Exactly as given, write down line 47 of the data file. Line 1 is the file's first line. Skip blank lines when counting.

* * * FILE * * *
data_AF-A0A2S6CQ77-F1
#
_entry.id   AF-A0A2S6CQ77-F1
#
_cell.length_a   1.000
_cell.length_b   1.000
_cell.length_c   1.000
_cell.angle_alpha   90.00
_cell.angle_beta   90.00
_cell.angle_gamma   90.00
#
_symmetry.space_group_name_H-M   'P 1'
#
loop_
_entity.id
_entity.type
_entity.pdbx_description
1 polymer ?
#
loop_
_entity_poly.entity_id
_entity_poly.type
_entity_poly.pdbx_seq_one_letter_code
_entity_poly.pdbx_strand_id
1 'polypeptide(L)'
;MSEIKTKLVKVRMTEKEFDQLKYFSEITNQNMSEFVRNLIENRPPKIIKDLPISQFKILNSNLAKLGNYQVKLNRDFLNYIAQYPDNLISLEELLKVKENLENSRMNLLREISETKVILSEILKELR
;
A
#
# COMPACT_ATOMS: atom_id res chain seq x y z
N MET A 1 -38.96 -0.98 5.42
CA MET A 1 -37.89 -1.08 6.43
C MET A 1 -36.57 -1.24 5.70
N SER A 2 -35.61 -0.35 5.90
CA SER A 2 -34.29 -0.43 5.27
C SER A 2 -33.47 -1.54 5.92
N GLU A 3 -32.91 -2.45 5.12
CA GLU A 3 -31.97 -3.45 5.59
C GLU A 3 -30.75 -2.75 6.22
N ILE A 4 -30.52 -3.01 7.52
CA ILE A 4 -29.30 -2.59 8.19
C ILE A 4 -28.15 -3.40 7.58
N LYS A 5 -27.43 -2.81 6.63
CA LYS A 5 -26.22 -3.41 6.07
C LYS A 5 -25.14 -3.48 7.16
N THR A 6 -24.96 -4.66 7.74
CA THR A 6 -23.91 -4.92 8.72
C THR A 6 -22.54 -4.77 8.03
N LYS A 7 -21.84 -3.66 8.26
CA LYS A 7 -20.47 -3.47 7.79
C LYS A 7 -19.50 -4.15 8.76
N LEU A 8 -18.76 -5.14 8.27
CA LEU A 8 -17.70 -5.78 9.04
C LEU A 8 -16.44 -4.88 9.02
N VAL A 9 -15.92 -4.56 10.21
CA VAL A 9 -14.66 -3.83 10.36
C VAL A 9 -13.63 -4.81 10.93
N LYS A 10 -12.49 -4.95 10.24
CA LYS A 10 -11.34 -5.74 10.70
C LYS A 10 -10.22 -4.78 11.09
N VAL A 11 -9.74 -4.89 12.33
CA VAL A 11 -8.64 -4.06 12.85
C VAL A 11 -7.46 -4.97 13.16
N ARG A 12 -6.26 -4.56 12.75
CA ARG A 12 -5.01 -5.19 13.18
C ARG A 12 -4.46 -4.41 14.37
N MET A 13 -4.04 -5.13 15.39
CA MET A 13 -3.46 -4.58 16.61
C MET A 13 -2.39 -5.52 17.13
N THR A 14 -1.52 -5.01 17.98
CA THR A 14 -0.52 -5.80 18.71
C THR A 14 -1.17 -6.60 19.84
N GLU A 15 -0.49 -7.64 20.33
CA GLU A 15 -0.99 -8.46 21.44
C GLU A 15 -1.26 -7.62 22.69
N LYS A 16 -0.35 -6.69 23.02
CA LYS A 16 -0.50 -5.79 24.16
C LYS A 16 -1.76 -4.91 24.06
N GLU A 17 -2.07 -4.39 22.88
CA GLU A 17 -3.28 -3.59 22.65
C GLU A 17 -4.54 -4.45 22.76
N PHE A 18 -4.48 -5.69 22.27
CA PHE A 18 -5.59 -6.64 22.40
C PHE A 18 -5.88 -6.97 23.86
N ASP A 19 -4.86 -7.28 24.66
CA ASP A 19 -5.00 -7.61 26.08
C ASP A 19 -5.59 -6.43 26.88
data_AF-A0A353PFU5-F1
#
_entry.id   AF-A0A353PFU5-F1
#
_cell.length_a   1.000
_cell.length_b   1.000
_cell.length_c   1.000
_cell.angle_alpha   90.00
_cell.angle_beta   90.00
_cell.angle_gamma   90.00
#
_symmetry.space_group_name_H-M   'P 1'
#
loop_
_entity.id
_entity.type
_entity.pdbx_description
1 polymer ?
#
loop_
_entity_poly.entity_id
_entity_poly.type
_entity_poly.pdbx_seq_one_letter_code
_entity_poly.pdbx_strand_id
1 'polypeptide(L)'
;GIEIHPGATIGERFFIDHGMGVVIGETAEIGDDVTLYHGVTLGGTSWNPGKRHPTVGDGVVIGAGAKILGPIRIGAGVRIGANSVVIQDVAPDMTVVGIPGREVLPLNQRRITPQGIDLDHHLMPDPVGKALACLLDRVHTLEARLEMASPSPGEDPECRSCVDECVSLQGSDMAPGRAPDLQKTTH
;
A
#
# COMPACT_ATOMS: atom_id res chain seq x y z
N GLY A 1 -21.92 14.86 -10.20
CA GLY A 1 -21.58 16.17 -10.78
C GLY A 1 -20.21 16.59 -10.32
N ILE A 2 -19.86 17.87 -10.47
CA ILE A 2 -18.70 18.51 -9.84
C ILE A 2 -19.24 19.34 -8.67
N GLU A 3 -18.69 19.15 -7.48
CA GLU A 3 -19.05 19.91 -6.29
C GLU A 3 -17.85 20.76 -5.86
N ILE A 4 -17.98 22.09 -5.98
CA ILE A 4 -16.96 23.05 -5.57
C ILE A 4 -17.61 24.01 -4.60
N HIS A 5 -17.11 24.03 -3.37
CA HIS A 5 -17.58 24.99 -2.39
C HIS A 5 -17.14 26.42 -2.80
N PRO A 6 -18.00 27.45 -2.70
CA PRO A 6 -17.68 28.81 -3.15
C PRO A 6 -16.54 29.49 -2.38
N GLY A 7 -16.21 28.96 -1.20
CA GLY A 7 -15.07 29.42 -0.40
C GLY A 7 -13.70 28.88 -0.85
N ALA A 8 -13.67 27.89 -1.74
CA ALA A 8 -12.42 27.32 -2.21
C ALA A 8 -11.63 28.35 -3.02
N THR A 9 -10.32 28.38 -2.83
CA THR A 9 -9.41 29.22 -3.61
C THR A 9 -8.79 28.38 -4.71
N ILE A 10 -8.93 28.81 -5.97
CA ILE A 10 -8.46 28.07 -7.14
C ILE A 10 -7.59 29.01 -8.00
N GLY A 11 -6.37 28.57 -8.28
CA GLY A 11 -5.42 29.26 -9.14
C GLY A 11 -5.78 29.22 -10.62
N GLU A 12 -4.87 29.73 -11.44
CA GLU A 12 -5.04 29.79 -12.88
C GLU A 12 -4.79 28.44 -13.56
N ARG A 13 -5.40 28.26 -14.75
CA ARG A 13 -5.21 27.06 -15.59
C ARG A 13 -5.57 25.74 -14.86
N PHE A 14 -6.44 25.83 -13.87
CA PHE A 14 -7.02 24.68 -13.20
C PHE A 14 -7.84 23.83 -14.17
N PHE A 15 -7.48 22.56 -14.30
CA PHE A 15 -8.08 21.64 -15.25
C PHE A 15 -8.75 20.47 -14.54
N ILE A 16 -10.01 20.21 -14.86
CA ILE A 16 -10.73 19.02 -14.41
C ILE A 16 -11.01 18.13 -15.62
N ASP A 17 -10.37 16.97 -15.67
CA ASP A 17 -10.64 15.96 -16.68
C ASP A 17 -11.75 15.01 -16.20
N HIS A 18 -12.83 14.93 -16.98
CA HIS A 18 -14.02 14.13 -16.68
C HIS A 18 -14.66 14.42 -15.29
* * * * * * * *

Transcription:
CA THR A 6 -23.91 -4.92 8.72